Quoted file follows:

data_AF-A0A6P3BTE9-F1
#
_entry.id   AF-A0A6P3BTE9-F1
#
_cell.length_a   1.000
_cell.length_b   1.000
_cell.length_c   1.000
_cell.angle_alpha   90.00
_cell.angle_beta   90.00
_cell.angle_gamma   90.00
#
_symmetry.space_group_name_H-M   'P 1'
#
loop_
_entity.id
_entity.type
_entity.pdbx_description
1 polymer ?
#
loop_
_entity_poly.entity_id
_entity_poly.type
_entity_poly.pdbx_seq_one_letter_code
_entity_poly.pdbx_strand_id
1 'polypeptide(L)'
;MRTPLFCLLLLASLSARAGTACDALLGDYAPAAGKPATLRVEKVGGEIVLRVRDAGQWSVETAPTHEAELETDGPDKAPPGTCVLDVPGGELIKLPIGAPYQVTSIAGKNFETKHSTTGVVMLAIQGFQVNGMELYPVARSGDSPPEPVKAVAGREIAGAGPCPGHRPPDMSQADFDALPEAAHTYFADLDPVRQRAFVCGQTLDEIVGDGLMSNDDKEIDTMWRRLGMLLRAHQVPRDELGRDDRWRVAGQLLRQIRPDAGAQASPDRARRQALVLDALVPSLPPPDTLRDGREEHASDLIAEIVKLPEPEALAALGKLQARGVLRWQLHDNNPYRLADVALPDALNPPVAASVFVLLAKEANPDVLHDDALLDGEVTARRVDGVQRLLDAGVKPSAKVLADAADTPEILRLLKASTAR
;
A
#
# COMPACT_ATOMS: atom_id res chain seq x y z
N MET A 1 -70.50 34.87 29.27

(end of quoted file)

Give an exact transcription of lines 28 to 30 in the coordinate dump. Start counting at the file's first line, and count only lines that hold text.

A
#
# COMPACT_ATOMS: atom_id res chain seq x y z